Always Tired: 8 Toxic Habits That Drain Your Energy (+4 Energy-Givers)
Do you feel tired all the time? Have low energy and unsure of the cause? Some toxic habits and actions may contribute to this fatigue.
Discover eight energy drainers and four energy-giving strategies to help you adopt healthy habits in this post.
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8 toxic habits that may be your energy drainers
Uncovering these unhelpful habits is the first step to feeling better. As well as reducing burnout and avoiding unnecessary stress. Here are eight toxic habits that may drain your energy. And some pro tips on how to deal with them.
1. Worrying and overthinking
According to study findings, an adult brain weighs about three pounds or about 2% of overall body weight. Brain cells consume 20 to 25 percent of the body’s total energy. That sounds like a lot.
Now, let’s imagine how much mental energy additionally it takes to overthink and worry. During worrying and overthinking, our brain generates many thoughts and scenarios that aren’t going toward anything productive. And it makes us exhausted.
Instead: Focus on the present
To learn how to be more conscious of your current state, you can explore the concept of mindfulness. It is defined as the ability to be fully present. It also translates into more efficiency and decreased stress.
The most popular mindfulness practice method is to focus on the present by noticing how your hands move, smells, and sounds around you. And it is the complete opposite of being overwhelmed by disturbing thoughts.
Nowadays, society tells us we always have to be productive, equating our self-worth with success. Due to this, many people neglect their mental health and signs of low energy for high performance at work and pleasing their management. This can lead to burnout. And the inability to do any work altogether, including day-to-day tasks and acts of self-care.
Instead: Be intentional about work-life balance
To accomplish a desired balance between work and private life, try to set boundaries around your resources and be realistic about what you can achieve each day.
If you work from home, consciously log off your computer at a specific time each day and generally clock out on time.
Try to do what you like during your work-free time and pursue hobbies. Or spend time with loved ones. You will definitely feel more energetic after, and your body will produce the feel-good hormones necessary to keep you going.
Have you ever checked Facebook in the morning, drinking coffee while checking notifications? Then again, drank more coffee and checked your work e-mail all at the same time? Switching between many activities drains your energy and may even cause harm to your brain.
You may relate to the fact that when you multitask, your attention is divided, making you less productive and more prone to mistakes. Scientists proved that a person could keep up to 7 tasks in mind and deal with even fewer at once.
Instead: Establish a clear daily routine and make lists
Creating a daily routine brings stability, structure, discipline, balance, and energy to your life. It’s helpful to remember that setting the proper routine takes time as you experiment and figure out what works best for you.
When you have a list of tasks, you can do your work step by step without being distracted. Furthermore, those lists will allow you to avoid keeping everything in your mind, saving you energy and freeing it up for other tasks.
As a good example: if you don’t have time to complete a task right now, try putting it in a task manager, notes, or on a piece of paper.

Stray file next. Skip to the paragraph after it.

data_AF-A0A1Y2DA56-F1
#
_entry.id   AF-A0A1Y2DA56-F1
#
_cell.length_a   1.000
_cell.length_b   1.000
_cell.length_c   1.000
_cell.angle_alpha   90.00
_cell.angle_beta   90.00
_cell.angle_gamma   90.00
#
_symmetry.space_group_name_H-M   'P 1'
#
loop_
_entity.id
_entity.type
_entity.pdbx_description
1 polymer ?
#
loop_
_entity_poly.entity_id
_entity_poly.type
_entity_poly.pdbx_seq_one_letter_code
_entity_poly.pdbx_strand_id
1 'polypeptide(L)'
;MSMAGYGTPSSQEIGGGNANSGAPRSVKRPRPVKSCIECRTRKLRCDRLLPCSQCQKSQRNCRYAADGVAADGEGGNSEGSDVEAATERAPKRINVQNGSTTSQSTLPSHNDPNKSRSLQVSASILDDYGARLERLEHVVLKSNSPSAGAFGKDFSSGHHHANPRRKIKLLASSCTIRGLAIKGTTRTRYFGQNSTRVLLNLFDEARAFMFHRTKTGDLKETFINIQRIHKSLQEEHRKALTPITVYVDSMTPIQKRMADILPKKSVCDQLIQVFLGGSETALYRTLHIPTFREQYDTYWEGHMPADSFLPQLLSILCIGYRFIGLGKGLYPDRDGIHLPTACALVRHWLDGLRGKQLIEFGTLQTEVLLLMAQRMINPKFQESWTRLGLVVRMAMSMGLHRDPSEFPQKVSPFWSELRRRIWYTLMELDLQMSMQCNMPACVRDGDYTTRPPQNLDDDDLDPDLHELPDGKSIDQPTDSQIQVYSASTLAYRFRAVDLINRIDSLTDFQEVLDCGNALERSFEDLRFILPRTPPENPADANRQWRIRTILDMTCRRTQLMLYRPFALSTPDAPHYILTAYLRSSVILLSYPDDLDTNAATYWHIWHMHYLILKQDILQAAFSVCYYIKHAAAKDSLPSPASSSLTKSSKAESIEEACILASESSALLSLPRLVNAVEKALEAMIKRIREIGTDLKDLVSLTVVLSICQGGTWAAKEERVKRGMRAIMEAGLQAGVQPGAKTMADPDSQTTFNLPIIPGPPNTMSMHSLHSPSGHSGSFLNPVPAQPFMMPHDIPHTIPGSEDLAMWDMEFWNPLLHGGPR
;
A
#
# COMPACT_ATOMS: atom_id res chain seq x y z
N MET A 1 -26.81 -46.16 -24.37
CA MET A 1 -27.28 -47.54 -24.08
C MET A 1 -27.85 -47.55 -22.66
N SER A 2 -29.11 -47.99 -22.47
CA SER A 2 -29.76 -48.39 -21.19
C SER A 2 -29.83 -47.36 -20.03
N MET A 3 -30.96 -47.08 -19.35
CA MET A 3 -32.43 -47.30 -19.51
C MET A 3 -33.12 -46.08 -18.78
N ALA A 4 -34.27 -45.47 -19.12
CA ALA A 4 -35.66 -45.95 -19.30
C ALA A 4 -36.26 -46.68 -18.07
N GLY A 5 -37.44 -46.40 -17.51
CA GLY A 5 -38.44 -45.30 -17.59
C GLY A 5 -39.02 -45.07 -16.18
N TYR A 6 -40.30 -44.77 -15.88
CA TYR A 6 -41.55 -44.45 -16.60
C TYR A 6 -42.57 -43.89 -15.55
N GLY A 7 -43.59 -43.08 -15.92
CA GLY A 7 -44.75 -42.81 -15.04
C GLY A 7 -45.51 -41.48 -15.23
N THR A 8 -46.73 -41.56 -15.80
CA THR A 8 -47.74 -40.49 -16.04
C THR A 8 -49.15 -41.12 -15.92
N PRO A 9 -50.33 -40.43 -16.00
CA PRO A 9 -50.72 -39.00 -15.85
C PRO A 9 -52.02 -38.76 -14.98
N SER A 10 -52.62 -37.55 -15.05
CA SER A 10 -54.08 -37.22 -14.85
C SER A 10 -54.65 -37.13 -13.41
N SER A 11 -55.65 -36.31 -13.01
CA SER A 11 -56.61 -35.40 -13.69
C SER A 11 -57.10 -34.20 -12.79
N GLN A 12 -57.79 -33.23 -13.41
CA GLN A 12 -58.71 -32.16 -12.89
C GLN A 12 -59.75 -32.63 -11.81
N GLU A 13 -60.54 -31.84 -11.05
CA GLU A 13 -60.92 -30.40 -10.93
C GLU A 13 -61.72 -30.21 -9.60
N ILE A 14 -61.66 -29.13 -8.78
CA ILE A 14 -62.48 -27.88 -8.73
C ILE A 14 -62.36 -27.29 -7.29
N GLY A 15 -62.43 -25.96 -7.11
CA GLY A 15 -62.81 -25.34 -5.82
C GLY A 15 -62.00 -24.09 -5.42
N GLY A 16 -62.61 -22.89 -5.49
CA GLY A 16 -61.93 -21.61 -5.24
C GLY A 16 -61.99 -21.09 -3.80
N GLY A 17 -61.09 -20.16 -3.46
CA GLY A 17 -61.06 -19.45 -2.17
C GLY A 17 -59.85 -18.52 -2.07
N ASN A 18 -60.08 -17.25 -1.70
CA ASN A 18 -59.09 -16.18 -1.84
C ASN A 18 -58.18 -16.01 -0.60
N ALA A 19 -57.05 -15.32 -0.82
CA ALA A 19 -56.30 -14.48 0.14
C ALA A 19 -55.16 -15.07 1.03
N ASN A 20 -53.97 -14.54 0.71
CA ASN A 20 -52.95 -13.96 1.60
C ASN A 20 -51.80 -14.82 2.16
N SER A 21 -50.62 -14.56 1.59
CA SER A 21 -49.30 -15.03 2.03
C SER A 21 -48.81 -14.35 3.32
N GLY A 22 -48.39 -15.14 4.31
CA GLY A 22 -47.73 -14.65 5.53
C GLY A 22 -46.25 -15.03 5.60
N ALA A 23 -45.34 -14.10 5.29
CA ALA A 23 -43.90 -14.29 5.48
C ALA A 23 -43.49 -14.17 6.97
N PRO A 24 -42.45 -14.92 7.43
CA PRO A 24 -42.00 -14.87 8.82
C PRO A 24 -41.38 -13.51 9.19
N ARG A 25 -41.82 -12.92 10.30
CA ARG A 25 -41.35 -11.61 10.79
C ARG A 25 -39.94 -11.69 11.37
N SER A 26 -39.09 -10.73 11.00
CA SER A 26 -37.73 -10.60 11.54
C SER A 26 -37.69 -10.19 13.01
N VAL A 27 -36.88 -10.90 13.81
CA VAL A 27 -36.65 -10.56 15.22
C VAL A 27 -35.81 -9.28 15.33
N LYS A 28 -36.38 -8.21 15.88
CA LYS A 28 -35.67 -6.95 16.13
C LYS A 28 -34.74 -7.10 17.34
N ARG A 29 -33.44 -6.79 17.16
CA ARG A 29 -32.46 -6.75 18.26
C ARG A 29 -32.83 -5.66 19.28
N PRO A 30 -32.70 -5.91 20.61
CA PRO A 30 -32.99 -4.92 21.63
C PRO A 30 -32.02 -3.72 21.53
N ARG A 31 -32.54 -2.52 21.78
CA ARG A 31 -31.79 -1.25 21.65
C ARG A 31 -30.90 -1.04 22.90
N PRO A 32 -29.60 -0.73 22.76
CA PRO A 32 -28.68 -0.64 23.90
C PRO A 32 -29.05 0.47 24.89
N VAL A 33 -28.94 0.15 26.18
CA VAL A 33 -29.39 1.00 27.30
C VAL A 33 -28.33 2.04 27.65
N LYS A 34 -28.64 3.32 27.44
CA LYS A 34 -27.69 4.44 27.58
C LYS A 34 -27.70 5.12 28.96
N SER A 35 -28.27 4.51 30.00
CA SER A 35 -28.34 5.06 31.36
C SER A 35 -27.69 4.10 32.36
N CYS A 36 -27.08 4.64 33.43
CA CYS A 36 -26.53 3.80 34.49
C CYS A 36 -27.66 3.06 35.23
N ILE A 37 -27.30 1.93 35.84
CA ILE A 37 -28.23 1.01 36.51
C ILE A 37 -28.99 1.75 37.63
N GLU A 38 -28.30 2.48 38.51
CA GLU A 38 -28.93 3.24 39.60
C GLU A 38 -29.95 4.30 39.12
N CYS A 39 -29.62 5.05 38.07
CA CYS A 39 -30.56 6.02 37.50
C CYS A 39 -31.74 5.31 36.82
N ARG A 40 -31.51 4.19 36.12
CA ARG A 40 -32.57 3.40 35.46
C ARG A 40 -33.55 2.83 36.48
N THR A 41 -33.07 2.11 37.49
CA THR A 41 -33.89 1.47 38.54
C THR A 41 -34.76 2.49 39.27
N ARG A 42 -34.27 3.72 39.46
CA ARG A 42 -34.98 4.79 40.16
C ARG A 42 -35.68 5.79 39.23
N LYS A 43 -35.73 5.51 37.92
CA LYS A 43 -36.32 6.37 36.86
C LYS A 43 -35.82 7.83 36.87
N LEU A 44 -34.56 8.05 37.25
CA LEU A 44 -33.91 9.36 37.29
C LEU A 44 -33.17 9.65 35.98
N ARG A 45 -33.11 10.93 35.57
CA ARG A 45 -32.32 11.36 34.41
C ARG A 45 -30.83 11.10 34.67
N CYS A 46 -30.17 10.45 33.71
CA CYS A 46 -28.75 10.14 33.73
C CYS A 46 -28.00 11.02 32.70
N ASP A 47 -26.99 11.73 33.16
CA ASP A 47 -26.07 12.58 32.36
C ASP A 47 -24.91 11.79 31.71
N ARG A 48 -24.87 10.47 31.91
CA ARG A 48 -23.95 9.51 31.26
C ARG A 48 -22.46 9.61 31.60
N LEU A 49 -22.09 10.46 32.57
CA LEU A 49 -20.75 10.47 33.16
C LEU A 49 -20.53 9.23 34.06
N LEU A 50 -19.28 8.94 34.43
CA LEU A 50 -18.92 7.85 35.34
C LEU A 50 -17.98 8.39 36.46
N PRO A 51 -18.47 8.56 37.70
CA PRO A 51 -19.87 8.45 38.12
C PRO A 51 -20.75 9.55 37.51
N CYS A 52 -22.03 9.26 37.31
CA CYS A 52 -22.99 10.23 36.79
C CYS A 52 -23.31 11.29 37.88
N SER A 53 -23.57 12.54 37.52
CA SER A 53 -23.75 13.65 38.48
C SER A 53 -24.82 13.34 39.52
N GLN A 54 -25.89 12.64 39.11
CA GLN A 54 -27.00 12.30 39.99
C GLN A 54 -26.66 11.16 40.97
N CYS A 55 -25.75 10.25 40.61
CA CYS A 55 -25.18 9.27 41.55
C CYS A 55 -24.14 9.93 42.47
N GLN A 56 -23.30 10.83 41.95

4. Sleeping too little and eating unhealthy
Having sufficient energy throughout the day requires a good sleep schedule. The average adult needs between 7 and 8 hours of sleep per night. However, many people get less than this. The result that can be expected is fatigue during the day and a compromised immune system.
Also, preparing nutritious meals can seem overwhelming when you’re feeling down. You may not even feel hungry anymore after skipping meals all day. Or seeking fast ways to tame your hanger. So you may start to eat unhealthy, like junk or frozen food, which is quick to prepare.
Instead: Practice good sleep hygiene and eat healthily
By implementing some changes to your sleep time routine, you can enjoy all the benefits of a good night’s sleep, such as reduced stress, improved memory, and increased energy throughout the day.
In addition to improving your physical and mental health with a good sleep routine, eating well is an excellent form of self-care.
5. Always checking social media
Online social media users are experiencing information overload due to instant access to vast information. Social media draws us to it because it triggers our reward system by giving us a feel-good dopamine rush. This results in a lot of time wasted on doom-scrolling.
Even though we cannot entirely give up on phones and social media nowadays, we can be more aware of our time and content quality consumption.
Instead: Adjust your relationship with social media
Rather than trying to fit your life into social media, you can design them to work around you and for you.
For example, try to put your phone away when you need to focus and turn off instant messengers and social network notifications. Or, you can track your time spent online and gradually reduce it.
Even if you’re still deciding to spend a lot of time scrolling your feed, you can also spend your time on social media efficiently. How? Choosing content that benefits your mental health improves your motivation and educates you in some way.
With the help of a therapist, you will be able to understand better why you feel the way you feel. And you will be equipped with the necessary tools to manage your emotions to lead a productive and fulfilling life.
6. Bottling up emotions
Bottling up or suppressing emotions means purposely and consciously not acknowledging, accepting, and processing them.
People can suppress their emotions when they don’t have healthy coping mechanisms. So they push down their true feelings or totally deny them. Unfortunately, they won’t disappear by the fact of denying them, and holding those emotions requires a vast amount of our mental energy.